Given the current worldwide economic climate, the number of companies facing insolvency that have assets in multiple jurisdictions around the world has increased dramatically. It is not unusual in today’s global economy for a corporation to have commercial offices, production plants and/ or research facilities in many different countries. A company that is faced with the bleak picture of insolvency may be forced to make decisions on whether to seek protection under a number of different statutory structures. Protecting corporate assets in one country will not provide an entity with adequate protection if creditors are able to liquidate corporate property in other jurisdictions.

Entities are required to initiate proceedings in all jurisdictions containing assets. This can result in chaos without some regime that provides coordination and communication between the various courts. The international business community recognized the importance of providing uniform procedures for insolvency proceedings throughout the world; therefore, on December 15, 1997, the General Assembly of the United Nations adopted the Model Law on Cross-Border Insolvency (UNCITRAL “Model Law”). In 2005, The U.S. adopted the Model Law by including the new Chapter 15 in the Bankruptcy Abuse Prevention and Consumer Protection Act. The Model Law provides for the coordination of cross border insolvency proceedings.

The objective of Chapter 15 is to allow a non- U.S. debtor to receive some of the protections of the U.S. bankruptcy law without having to commence a full proceeding in the U.S. A worldwide forum is provided for an insolvency proceeding instead of conducting several parallel and potentially conflicting proceedings in multiple international jurisdictions. Chapter 15 proceedings are intended to be ancillary to cases brought in a debtor ’s home country unless a U.S. bankruptcy case is commenced under another chapter of the bankruptcy code. If a debtor initiates a Chapter 11, the court may decide to stay or dismiss it and limit the U.S. Bankruptcy Court’s role to that of an ancillary Court. The court would recognize the “main bankruptcy case” as that of the foreign proceeding in the location of the debtor’s central business.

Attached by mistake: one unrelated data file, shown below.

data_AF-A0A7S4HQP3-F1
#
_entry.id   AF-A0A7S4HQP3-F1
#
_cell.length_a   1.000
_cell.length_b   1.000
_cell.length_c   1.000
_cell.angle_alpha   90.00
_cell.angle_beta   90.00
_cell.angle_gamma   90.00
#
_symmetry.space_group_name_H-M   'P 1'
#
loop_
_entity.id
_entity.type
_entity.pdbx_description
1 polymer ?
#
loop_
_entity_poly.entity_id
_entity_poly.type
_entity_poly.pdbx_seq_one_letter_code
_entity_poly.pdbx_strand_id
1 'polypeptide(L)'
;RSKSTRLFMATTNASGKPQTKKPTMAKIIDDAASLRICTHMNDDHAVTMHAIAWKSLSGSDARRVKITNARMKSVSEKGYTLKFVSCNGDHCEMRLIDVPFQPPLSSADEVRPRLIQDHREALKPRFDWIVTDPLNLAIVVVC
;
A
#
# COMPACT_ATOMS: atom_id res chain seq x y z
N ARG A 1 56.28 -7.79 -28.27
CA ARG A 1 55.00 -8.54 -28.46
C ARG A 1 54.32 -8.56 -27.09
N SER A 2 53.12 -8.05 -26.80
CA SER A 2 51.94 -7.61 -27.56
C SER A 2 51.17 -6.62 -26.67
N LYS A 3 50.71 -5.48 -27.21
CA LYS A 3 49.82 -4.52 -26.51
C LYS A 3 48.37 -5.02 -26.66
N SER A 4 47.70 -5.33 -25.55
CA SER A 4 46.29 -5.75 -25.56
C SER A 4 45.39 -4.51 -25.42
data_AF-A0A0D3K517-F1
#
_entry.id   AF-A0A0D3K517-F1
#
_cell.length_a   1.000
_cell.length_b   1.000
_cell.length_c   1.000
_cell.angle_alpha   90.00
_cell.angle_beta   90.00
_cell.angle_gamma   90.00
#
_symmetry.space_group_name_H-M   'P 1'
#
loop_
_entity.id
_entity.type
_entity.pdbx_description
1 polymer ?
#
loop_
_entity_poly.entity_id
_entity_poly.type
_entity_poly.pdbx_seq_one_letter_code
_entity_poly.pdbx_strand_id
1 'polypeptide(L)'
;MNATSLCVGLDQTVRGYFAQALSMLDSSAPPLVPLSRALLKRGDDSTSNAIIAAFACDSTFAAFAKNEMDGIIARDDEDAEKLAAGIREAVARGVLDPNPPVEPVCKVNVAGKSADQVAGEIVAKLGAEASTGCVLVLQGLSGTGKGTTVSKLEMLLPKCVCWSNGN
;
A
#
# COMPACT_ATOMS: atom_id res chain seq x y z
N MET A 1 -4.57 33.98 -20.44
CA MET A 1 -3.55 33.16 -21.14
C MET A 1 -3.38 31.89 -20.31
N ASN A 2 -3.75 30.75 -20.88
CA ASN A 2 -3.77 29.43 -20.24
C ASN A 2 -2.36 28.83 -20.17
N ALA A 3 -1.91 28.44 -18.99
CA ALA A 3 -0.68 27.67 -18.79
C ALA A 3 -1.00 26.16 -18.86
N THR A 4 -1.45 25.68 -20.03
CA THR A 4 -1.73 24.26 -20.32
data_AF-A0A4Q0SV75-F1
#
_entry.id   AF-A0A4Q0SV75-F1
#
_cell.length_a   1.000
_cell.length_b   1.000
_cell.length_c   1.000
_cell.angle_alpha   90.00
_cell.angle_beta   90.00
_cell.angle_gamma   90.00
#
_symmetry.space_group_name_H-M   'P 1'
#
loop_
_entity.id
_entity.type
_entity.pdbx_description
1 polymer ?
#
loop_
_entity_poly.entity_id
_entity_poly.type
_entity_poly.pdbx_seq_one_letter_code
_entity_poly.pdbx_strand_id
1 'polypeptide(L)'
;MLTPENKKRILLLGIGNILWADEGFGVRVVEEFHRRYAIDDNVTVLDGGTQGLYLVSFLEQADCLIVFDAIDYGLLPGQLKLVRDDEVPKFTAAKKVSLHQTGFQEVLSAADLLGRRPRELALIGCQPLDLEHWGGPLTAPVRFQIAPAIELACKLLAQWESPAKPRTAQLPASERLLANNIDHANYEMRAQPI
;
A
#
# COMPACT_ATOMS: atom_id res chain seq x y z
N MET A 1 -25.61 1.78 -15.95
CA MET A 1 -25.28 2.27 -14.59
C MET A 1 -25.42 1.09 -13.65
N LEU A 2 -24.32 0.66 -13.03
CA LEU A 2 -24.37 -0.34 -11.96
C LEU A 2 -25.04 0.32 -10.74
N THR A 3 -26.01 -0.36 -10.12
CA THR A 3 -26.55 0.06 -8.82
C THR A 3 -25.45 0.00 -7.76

Chapter 15 provides that “in the absence of evidence to the contrary” the location of the debtor’s registered office is presumed to be the “center of debtor’s main interest.” This jurisdiction becomes the locus of the “main proceeding” with the other locations of business serving as the “non-main proceeding”. To date, fifteen countries have adopted the Model Law.

Typically, the parties to the various proceedings develop a cross-border insolvency protocol. This protocol addresses the coordination of issues including administration, procedure, asset sales and distribution, claim filing, and the development of plans of corporate reorganization in the various jurisdictions. In many cases, joint hearings are conducted to resolve the many cross-border issues.

Chapter 15 has been successful in providing a vehicle to increase and simplify collaboration between courts in multijurisdiction insolvency proceedings. The use of a cross-border protocol has proven to be very effective in coordinating the different proceedings. With the interconnected world business community facing the current worldwide recession, Chapter 15 proceedings can expedite complex cross-border insolvency issues.